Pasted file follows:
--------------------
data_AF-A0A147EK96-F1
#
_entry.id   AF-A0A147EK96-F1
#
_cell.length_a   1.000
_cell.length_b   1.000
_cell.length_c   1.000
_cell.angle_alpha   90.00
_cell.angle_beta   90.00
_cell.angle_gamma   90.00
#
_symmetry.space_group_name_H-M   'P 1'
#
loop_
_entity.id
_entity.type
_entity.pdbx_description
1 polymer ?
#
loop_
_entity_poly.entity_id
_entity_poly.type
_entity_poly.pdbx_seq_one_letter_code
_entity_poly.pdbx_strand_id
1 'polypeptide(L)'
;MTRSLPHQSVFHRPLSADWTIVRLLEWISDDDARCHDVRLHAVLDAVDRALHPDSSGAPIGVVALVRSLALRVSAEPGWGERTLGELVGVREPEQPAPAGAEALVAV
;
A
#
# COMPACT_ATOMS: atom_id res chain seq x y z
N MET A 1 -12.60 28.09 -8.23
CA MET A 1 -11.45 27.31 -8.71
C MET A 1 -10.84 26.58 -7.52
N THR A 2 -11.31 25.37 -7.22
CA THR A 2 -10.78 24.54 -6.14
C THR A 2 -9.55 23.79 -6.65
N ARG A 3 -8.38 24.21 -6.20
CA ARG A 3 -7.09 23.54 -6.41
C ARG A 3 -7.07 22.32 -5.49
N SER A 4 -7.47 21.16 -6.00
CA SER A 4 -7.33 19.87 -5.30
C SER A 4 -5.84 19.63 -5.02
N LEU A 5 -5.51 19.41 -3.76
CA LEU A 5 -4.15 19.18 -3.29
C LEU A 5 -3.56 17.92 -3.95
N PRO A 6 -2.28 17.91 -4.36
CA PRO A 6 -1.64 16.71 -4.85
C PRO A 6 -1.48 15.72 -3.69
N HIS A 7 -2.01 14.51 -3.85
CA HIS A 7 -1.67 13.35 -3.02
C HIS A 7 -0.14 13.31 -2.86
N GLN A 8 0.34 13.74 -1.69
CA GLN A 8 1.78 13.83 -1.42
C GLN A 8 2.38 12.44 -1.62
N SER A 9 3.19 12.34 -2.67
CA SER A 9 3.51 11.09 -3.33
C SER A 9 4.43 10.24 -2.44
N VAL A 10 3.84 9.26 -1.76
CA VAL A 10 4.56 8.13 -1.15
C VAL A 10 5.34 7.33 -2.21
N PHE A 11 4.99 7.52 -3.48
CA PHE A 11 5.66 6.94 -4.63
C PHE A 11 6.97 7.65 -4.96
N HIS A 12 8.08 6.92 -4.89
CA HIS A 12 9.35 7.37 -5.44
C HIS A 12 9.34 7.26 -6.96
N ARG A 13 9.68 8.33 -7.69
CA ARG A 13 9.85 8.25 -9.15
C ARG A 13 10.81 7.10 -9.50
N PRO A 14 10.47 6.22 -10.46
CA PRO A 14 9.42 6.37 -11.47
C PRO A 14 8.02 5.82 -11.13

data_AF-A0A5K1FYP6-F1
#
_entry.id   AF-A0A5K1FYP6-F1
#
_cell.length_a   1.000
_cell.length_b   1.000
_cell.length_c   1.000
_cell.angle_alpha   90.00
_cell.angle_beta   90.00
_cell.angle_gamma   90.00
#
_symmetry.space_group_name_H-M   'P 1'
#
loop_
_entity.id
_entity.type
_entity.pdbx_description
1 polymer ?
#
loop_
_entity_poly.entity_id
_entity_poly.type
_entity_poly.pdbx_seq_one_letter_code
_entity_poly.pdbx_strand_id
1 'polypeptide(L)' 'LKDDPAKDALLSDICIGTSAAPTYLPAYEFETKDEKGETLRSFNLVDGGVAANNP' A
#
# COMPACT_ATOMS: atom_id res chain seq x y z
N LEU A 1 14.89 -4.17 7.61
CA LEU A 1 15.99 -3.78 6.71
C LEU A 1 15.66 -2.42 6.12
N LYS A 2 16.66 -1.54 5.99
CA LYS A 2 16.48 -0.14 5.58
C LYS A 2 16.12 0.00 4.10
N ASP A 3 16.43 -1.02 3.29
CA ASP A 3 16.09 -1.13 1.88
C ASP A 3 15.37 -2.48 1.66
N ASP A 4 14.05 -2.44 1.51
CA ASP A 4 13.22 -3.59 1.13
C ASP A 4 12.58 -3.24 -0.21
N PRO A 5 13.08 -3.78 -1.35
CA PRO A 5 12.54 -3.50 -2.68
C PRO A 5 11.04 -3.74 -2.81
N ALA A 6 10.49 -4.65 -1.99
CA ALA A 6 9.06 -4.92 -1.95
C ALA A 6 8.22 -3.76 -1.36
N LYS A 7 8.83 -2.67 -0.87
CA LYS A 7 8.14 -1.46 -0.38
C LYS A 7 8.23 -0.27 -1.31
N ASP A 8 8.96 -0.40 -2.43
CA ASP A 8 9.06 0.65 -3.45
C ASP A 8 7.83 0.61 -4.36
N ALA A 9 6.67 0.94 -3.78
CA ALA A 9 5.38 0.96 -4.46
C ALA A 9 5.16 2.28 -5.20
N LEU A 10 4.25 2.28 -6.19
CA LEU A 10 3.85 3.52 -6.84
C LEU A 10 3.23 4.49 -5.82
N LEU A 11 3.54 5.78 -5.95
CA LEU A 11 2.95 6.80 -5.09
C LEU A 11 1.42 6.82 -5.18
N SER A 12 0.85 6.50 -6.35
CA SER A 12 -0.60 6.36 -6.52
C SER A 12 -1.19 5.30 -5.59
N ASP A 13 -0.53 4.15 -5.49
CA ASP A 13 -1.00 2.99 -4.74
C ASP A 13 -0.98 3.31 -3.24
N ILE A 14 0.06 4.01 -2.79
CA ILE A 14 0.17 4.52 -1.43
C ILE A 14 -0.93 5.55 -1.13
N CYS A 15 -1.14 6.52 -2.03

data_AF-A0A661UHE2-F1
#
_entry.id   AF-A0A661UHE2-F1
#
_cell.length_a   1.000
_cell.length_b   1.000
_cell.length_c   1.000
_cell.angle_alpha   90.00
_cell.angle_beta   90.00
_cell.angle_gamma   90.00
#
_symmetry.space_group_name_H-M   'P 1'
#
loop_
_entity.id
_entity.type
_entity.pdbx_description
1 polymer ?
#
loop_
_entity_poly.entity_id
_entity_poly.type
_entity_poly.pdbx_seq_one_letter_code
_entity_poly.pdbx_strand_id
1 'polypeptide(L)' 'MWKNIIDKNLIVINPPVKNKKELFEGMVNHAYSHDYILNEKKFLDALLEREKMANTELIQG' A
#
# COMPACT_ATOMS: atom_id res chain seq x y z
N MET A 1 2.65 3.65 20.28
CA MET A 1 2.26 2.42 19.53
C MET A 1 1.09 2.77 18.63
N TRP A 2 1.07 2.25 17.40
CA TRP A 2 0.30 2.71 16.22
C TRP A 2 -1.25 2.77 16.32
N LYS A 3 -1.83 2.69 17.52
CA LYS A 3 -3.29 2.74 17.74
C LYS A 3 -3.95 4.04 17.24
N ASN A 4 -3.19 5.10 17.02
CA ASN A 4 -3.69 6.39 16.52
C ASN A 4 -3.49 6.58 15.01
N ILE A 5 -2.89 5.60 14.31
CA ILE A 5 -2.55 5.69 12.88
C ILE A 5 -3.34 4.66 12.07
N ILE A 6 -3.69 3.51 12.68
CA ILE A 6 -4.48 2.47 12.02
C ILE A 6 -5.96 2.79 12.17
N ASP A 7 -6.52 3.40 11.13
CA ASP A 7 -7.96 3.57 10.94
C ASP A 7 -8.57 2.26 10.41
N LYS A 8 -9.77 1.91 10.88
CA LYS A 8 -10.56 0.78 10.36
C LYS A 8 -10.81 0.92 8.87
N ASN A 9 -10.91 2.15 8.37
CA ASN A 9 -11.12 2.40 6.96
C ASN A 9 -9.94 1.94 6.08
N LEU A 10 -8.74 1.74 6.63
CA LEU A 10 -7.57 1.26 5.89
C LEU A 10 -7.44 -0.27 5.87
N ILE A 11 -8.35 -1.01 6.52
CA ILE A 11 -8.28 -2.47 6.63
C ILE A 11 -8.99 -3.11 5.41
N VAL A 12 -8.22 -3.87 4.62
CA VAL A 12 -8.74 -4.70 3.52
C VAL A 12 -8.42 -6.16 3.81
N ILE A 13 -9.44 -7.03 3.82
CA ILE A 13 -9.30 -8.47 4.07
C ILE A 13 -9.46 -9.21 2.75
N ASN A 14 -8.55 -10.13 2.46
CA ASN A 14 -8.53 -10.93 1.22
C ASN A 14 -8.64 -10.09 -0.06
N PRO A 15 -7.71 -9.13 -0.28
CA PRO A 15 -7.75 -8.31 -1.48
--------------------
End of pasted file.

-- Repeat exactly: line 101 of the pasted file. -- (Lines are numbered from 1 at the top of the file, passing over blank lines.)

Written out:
CA LEU A 1 15.99 -3.78 6.71